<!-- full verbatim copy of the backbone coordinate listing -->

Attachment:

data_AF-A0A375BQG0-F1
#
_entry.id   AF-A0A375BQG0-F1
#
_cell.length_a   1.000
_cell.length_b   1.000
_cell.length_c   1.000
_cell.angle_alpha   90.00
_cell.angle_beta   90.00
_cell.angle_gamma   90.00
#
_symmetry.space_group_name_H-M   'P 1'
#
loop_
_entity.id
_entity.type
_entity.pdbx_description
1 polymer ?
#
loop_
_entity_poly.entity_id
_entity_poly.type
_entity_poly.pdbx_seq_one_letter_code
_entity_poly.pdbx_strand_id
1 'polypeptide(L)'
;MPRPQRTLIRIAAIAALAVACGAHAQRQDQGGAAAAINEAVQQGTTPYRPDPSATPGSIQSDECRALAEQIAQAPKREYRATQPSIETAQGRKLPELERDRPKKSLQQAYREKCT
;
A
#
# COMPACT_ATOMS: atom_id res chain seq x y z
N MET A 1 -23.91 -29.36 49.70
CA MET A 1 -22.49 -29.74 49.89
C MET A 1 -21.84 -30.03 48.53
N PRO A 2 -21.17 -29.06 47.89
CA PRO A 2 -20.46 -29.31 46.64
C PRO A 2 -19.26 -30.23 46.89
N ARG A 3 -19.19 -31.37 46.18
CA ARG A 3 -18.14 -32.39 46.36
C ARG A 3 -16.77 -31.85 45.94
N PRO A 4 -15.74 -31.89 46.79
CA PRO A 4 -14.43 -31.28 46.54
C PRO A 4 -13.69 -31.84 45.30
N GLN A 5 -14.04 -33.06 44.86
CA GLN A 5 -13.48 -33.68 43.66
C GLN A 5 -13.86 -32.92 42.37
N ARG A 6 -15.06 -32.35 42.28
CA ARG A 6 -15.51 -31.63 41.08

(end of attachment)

data_AF-A0A375BQG0-F1
#
_entry.id   AF-A0A375BQG0-F1
#
_cell.length_a   1.000
_cell.length_b   1.000
_cell.length_c   1.000
_cell.angle_alpha   90.00
_cell.angle_beta   90.00
_cell.angle_gamma   90.00
#
_symmetry.space_group_name_H-M   'P 1'
#
loop_
_entity.id
_entity.type
_entity.pdbx_description
1 polymer ?
#
loop_
_entity_poly.entity_id
_entity_poly.type
_entity_poly.pdbx_seq_one_letter_code
_entity_poly.pdbx_strand_id
1 'polypeptide(L)'
;MPRPQRTLIRIAAIAALAVACGAHAQRQDQGGAAAAINEAVQQGTTPYRPDPSATPGSIQSDECRALAEQIAQAPKREYRATQPSIETAQGRKLPELERDRPKKSLQQAYREKCT
;
A
#
# COMPACT_ATOMS: atom_id res chain seq x y z
N MET A 1 -23.91 -29.36 49.70
CA MET A 1 -22.49 -29.74 49.89
C MET A 1 -21.84 -30.03 48.53
N PRO A 2 -21.17 -29.06 47.89
CA PRO A 2 -20.46 -29.31 46.64
C PRO A 2 -19.26 -30.23 46.89
N ARG A 3 -19.19 -31.37 46.18
CA ARG A 3 -18.14 -32.39 46.36
C ARG A 3 -16.77 -31.85 45.94
N PRO A 4 -15.74 -31.89 46.79
CA PRO A 4 -14.43 -31.28 46.54
C PRO A 4 -13.69 -31.84 45.30
N GLN A 5 -14.04 -33.06 44.86
CA GLN A 5 -13.48 -33.68 43.66
C GLN A 5 -13.86 -32.92 42.37
N ARG A 6 -15.06 -32.35 42.28
CA ARG A 6 -15.51 -31.63 41.08